Malaysia’s Top Festivals In 2020 (Part 2)

Rainforest World Music Festival (July)

You might have heard of this since it’s one of the most spectacular music festivals in Southeast Asia. Following the beat of excitement from foot-stomping music in the rainforests of Borneo, thousands of music enthusiasts from across the world witness live performances on this music festival.

International artists performing at 2019 Rainforest World Music Festival.

From popular international and local artists, the Rainforest Music Festival is a haven for concert geeks. This 3-day musical extravaganza is considered as one of Malaysia’s best festivals in 2020.

National Day (August)

Every 31st of August, Malaysia celebrates its Independence from British occupancy in 1957. This is commemorated by having awesome fireworks on the eve of Independence Day, a grand parade at Merdeka Square in the morning, and concerts or performances throughout the day and stage show across Malaysia.

Malaysian Flags are waved in the Independence Day Grand Parade.

Mooncake Festival (August/September)

The renowned Lantern Festival is celebrated in line with the ancient tradition of giving thanks to the moon goddess for a bountiful harvest. A procession of colorful lanterns and delicious mooncakes are a few of the main highlights of this festival.

Mooncake festival over Kuala Lumpur, Malaysia.

A display of unity with the community and family. This festival was believed to be based on the legend of Change and Hou Yi’s love story.

Hari Raya Haji (October)

This festival is similar to Eid but has differences in the procedure of celebration. The Muslim community in Malaysia celebrates this by engaging themselves in religious practices like korban or sacrificial-slaughtering, distributing food to the poor and needy, and praying and greeting fellow friends and family in mosques.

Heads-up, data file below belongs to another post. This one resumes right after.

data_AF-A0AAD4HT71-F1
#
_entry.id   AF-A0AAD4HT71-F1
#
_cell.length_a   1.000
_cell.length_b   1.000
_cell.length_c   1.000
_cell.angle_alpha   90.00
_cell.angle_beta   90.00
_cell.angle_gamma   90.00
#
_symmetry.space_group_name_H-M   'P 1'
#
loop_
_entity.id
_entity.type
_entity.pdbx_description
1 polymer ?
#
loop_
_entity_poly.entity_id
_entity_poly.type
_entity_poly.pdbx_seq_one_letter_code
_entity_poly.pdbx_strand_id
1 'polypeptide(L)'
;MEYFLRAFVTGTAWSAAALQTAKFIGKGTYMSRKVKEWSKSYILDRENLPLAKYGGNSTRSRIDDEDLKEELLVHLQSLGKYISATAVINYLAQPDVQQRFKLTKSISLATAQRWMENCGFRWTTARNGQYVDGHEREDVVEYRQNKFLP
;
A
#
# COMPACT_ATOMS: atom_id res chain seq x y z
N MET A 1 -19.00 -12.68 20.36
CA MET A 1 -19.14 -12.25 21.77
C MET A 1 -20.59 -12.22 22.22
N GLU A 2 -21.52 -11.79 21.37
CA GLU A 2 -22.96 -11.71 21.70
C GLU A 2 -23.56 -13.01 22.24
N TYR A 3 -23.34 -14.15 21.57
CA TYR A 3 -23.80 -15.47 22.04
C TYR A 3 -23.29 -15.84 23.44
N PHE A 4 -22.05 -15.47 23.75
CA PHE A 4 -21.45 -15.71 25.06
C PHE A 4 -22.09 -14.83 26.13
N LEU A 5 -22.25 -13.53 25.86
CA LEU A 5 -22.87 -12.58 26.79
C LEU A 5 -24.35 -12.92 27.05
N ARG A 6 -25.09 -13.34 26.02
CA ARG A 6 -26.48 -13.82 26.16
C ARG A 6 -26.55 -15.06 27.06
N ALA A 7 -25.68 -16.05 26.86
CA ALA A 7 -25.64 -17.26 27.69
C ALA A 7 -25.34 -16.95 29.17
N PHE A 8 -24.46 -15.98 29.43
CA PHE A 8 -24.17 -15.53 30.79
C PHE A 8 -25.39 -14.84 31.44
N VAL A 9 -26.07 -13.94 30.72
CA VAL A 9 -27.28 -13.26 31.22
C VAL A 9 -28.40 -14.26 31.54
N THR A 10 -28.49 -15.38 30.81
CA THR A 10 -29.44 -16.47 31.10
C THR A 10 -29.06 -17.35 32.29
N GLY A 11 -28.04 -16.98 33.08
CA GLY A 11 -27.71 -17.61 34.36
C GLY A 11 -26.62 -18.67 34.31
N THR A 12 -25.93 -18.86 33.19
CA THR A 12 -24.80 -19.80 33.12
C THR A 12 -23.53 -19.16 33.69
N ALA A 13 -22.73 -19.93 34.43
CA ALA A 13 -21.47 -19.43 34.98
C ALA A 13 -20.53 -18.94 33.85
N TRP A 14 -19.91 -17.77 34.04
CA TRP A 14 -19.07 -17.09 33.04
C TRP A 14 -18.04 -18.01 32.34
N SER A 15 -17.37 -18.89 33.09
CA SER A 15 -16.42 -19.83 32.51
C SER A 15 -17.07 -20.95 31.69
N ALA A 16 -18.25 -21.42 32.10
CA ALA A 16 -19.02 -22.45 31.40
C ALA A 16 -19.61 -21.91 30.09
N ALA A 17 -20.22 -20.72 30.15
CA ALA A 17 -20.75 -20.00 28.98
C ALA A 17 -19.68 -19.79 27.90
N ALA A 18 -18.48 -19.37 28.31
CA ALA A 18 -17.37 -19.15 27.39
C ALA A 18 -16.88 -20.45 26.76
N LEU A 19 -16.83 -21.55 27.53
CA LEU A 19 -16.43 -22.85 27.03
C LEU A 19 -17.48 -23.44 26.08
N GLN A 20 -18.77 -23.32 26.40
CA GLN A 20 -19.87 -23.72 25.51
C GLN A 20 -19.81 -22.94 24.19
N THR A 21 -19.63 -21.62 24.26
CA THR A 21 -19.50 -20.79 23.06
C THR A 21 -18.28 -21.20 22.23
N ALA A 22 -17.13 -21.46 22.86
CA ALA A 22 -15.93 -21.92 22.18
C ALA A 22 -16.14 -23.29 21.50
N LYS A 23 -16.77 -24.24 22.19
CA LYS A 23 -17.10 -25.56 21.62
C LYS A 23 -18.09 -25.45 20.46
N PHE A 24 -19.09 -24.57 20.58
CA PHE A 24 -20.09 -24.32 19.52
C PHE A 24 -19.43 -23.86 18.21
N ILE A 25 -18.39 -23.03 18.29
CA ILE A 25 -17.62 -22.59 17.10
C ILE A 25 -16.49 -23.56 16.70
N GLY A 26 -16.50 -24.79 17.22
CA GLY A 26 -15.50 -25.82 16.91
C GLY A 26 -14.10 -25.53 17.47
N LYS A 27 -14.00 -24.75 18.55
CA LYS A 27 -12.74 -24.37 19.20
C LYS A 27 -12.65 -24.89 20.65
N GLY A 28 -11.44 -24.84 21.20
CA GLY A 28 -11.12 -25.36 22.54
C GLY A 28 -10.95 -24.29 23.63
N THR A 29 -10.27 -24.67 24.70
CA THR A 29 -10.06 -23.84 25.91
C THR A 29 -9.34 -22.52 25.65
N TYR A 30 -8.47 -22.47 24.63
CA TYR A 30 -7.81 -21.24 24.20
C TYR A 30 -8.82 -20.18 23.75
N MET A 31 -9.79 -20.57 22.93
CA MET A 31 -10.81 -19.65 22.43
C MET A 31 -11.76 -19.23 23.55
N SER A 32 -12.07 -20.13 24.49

Muslims praying over Hari Raya Haji commemoration.

Deepavali (November)

Another Malaysian festival, the same in India, is the Deepavali or Festival of Lights. Hindus celebrate this festival with enthusiasm by using colored chalk to craft different patterns and images on the ground.

A family lighting- up candles in line with Festival of Lights.

They can scatter colored rice, dry flour, colored sand, or flower petals and make “rangoli”. People of all races and religions gather together in public spaces and celebrate this prominent Hindu festival.

Dragon Boat Festival (December)

The Penang International Dragon Boat Festival is one of the annual and most interesting festivals in Malaysia. This takes place in the Teluk Bahang dam near Georgetown.

Series of dragon boats about to start the competition.

In this festival, you will witness over 40 competitors from across the world joining as they race with colorful and traditional boats to the beats of the drum. Just remember to adjust your camera settings since taking photos of this wet festival is difficult.

Christmas (December))

It might sound cliché, but you probably know what happens on Christmas Eve. However, Malaysian have their ways of celebrating this world event.

Petronas Towers tourists taking photos on Christmas eve.

Most people celebrate this with warmth and serenity, but Malaysians made it one of their jolliest festivals, flooding everything in white whether it be lights, Christmas displays, and decorations. , carols, food, plum cakes, decorations, and shopping deals for the locals and tourists.

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